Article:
Skills shortage still preoccupying UK business

While inflation and an increase in interest rates have dominated headlines in the UK of late, it has been the tight labour market and growing skills shortages that have been preoccupying the minds of many industry leaders.

Skills shortage still preoccupying UK business

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In a report last week, specialist recruitment firm Robert Half warned that the current situation - when there is a low jobless rate, a record employment rate and more than a million job vacancies - could fuel a deeper wage/price spiral, adding to inflation.The report called for new approaches to upskilling, reskilling, access to employment, diversifying the talent pool, levelling up the economy and further policy changes.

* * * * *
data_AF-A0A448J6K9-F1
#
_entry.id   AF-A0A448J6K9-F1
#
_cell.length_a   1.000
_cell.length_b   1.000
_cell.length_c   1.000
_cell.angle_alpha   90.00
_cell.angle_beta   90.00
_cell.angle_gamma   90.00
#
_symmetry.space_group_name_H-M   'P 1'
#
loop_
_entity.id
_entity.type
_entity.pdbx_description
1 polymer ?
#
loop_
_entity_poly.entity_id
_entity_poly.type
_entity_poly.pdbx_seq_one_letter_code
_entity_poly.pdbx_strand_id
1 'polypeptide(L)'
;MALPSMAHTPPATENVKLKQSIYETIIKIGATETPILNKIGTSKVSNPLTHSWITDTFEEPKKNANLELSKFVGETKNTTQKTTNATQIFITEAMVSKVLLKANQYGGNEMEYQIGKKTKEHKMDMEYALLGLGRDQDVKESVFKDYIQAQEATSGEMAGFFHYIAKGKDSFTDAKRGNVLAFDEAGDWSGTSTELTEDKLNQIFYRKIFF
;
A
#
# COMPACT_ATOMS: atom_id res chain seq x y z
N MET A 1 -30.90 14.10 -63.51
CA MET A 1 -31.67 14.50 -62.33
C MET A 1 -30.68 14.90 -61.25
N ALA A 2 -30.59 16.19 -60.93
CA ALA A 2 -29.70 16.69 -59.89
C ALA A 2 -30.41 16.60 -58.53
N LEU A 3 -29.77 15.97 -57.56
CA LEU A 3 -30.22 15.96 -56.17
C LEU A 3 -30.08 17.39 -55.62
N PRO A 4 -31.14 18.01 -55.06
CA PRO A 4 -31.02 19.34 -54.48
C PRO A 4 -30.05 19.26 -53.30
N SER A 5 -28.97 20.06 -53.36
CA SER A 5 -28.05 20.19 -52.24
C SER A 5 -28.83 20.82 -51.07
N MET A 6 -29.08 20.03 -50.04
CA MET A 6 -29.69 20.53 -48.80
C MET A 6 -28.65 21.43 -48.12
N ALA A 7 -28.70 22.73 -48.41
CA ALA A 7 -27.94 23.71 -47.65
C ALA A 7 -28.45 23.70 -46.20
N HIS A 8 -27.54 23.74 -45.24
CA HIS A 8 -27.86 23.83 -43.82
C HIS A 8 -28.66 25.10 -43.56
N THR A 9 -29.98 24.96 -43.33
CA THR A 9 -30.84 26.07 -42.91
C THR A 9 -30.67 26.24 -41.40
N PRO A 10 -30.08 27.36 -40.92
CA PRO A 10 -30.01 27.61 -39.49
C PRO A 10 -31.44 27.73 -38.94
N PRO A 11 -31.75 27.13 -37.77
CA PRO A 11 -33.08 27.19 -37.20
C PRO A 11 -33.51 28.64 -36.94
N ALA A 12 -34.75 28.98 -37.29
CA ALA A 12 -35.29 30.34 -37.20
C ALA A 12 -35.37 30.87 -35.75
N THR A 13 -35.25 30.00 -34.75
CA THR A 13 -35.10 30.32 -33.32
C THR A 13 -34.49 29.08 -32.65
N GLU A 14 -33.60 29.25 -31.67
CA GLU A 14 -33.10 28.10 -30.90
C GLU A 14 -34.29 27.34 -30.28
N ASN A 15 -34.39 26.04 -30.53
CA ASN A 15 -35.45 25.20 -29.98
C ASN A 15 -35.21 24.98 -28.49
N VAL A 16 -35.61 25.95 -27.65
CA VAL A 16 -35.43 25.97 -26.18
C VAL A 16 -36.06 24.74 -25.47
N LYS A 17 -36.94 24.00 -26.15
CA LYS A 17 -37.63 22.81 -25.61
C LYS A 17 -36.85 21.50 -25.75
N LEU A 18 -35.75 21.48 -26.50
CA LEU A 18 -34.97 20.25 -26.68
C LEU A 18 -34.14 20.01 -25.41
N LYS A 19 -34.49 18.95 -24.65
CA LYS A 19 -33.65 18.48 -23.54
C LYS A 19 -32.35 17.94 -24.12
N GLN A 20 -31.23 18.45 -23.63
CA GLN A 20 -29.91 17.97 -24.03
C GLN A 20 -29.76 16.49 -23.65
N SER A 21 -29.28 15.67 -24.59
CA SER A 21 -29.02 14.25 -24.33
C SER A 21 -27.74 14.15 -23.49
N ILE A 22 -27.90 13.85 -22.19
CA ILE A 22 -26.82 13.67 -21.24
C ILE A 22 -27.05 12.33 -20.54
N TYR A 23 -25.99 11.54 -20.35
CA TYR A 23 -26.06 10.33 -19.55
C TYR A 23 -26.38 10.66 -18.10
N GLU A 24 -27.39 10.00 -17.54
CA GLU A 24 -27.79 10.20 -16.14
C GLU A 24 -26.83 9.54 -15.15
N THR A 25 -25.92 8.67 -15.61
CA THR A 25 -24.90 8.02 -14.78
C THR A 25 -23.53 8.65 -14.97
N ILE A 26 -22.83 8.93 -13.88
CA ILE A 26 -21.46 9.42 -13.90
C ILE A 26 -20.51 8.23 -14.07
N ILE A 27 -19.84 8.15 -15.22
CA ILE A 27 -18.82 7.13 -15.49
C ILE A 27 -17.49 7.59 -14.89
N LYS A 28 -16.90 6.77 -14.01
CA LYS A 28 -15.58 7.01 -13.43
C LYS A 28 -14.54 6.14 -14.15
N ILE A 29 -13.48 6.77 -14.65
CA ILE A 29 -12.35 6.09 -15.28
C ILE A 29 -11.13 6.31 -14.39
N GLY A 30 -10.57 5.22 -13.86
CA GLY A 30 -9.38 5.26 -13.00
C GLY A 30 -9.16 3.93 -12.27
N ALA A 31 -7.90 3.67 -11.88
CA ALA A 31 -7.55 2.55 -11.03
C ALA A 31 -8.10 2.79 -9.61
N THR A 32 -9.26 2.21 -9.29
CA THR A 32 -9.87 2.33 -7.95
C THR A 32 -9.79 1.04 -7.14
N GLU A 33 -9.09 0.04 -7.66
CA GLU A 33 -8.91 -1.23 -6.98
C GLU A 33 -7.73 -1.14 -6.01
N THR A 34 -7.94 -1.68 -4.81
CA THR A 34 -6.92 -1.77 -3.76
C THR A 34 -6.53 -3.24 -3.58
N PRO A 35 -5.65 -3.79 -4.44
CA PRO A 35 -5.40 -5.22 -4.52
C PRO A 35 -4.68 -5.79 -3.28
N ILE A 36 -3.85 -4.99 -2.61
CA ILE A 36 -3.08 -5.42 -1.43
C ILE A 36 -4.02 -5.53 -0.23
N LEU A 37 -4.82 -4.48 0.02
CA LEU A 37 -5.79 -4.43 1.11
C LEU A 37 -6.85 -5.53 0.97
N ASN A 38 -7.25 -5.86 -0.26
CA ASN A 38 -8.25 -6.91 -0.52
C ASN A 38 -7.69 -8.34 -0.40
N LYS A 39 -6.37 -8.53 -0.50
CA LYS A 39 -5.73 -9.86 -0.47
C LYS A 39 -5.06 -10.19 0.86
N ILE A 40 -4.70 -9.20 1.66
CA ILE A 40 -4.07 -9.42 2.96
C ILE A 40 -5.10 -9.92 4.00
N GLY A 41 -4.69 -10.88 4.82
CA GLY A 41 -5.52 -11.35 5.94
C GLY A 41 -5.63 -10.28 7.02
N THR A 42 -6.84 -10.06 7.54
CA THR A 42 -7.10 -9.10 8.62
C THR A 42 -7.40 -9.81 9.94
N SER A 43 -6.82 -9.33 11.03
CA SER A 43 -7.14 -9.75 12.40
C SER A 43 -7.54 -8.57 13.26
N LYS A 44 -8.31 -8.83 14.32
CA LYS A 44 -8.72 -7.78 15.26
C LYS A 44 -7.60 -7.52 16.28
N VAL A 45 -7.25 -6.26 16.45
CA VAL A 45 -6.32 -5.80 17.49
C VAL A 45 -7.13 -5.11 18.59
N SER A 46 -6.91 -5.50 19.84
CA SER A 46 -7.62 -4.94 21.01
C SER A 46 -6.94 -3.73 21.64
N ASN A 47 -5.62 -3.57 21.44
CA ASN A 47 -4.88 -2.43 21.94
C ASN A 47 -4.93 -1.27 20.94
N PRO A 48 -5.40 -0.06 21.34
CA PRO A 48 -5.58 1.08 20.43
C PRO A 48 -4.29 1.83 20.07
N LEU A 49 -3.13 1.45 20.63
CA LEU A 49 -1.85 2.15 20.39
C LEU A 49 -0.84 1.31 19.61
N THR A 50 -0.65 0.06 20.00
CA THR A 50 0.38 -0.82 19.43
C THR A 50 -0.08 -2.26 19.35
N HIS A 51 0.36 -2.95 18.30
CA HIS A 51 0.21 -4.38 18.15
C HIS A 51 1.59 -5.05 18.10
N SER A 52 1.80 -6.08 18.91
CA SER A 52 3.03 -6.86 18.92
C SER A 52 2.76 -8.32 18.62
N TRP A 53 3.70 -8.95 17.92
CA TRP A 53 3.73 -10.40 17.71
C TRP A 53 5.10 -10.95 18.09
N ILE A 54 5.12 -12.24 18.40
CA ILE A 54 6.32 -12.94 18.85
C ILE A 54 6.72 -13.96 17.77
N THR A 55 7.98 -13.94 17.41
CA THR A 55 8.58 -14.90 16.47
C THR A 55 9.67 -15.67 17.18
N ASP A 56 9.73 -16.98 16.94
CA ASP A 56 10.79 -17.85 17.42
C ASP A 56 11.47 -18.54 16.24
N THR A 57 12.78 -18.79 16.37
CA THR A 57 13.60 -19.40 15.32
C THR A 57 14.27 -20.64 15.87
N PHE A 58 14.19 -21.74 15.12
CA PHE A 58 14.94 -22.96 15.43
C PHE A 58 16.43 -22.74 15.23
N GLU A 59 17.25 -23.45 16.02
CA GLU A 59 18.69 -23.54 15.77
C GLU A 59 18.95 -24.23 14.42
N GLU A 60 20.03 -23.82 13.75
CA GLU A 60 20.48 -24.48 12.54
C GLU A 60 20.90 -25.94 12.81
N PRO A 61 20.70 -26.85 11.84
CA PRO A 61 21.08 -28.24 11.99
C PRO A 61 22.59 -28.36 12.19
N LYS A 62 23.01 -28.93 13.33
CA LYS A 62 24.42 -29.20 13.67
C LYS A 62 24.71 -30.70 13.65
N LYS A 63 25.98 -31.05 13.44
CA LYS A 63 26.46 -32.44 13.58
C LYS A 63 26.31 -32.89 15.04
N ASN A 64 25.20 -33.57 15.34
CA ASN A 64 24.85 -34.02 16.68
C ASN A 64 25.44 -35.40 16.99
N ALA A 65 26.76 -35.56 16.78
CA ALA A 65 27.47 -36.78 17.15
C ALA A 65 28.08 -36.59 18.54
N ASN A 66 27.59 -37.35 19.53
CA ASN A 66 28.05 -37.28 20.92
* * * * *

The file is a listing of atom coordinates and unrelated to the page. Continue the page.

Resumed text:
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Matt Weston, senior managing director for UK & Ireland at Robert Half, said: “While the current economic climate has been influenced by a myriad of unprecedented events over the last few years, the tight UK labour market, squeezed by chronic skills shortages, is substantially adding to inflationary pressures.“Our latest Jobs Confidence Index (JCI) has seen encouraging results in Q1 of 2023, as more people re-entered the labour market. The bigger problem, though, is the industries-wide skills gap. We’ve already seen a brain drain of talent from the country post-Brexit and our recent JCI signals poor figures for labour productivity growth across comparable occupations.“There simply isn’t enough talent to fill the over one million vacancies in the UK. This needs the participation of industry, academia and government to solve.”In the wake of the Bank of England's decision to raised the base by half a percentage point to five per cent, the British Chambers of Commerce (BCC), which has repeatedly called for a relaxation of immigration rules in a bid to overcome the skills shortage, said the government must act to tackle the problem.David Bharier, head of research at the BCC, said that while stubbornly high inflation remained the top concern for businesses, interest rate rises were increasingly worrying for a rapidly growing number of firms facing soaring borrowing costs.“There are several drivers of inflation which could be eased by a policy response. For instance, unprecedented tightness in the labour market is causing firms to bid up salaries, and trade barriers with the EU are driving up costs," Mr Bharier added.“The BCC has been urging the government to act on these issues for over a year and is ready to work in partnership with it to ease labour shortages and reduce trade barriers."Meanwhile, the construction industry's trade body has published a report saying the sector's worsening talent shortage has mainly been caused by firms' lack of engagement with the points-based, post-Brexit immigration policy.According to a survey conducted by the Construction Industry Training Board (CITB), only half of employers had knowledge of policy, with only seven per cent registered as licensed sponsors.James Butcher, chair of the Construction Leadership Council’s Movement of People Working Group, said: “It’s important that awareness issues and barriers to how employers use the points-based system are overcome.”Mr Butcher emphasised the necessity of companies accessing the Skilled Visa Route and the benefits of skills listed on the Shortage Occupation List.Last week, the government hosted the 'Business Connect - Skills for Growth' conference at which some of he largest British and international companies discussed how the UK could create a workforce fit for the future and could address the urgent recruitment needs of businesses.Opening the conference, Education Secretary Gillian Keegan said: "I know from my years in business that organisations drive innovation and create opportunities, but without skilled workers, it often feels like you’re driving with the handbrake on."Alexia Pedersen, EMEA vice-president at technology and business training firm O’Reilly, commented: "As the demand for jobs increases, so will the need for digital skills in order to meet the growing demand. However, our research shows that demand for digitally skilled workers in the UK is out-growing the level of digital skills available. “To minimise the growing skills gap, organisations must invest in creating a highly skilled workforce to meet the growing availability of staff."At the same time, employees should prioritise L&D (learning and development) to make themselves an invaluable asset to their company – proactively identifying training opportunities with a quality L&D partner, particularly one that aligns with their unique learning style and objectives. “While there is no cookie-cutter approach to upskilling, individuals should be granted access to a range of learning opportunities as part of a defined path of individual development and wider organisational culture of personal development.”  The skills shortage in the tech industry was also on the agenda when that trade body, techUK, hosted the first ever 'International Telecoms Conference', part of London Tech Week held in June.During the panel discussion, experts urged the government to take greater action in areas such as the promotion of skills through apprenticeships, 'returnerships', lifelong learning and degree qualifications.In a statement, techUK said: "The panel concluded that if the UK government can work with the increasingly complex telecoms ecosystem to foster innovation, ensure a sufficient pipeline of high-class talent, and place the UK on a sure footing in terms of international standards, then the UK is poised to take full advantage of the opportunities offered by future telecoms."One piece of good news to emerge from London Tech Week was a £54 million investment by the government to support the UK’s AI and data science workforce and "develop trustworthy and secure AI"Secretary of State for Science, Innovation and Technology Chloe Smith, said: “Despite our size as a small island nation, the UK is a technology powerhouse. Last year, the UK became just the third country in the world to have a tech sector valued at $1 trillion. It is the biggest in Europe by some distance and behind only the US and China globally.“The technology landscape, though, is constantly evolving, and we need a tech ecosystem which can respond to those shifting sands, harness its opportunities, and address emerging challenges. The measures unveiled today will do exactly that.” Reacting to the announcement, Sridhar Iyengar, managing director of Zoho Europe, described the development of trustworthy AI as critical."It is great to see the UK making investment to create a safe and ethical playing field for AI bringing together expertise across academia, business and the wider public to drive this forward," he said.“AI offers huge potential for business and the economy, as a tool to improve efficiencies and provide enhanced customer service capabilities via the use of customer service assistants, data analysis, forecasting and more.“As the debate around the future of this emerging and fast-moving technology continues, this collaboration can help to ensure best practice in providing guidance and regulation which sees AI applied to aid ethical and secure adoption and which can help the UK continue its ambition to take the lead in these industry developments. Further education from all parties will only work to increase trust and reduce fears.”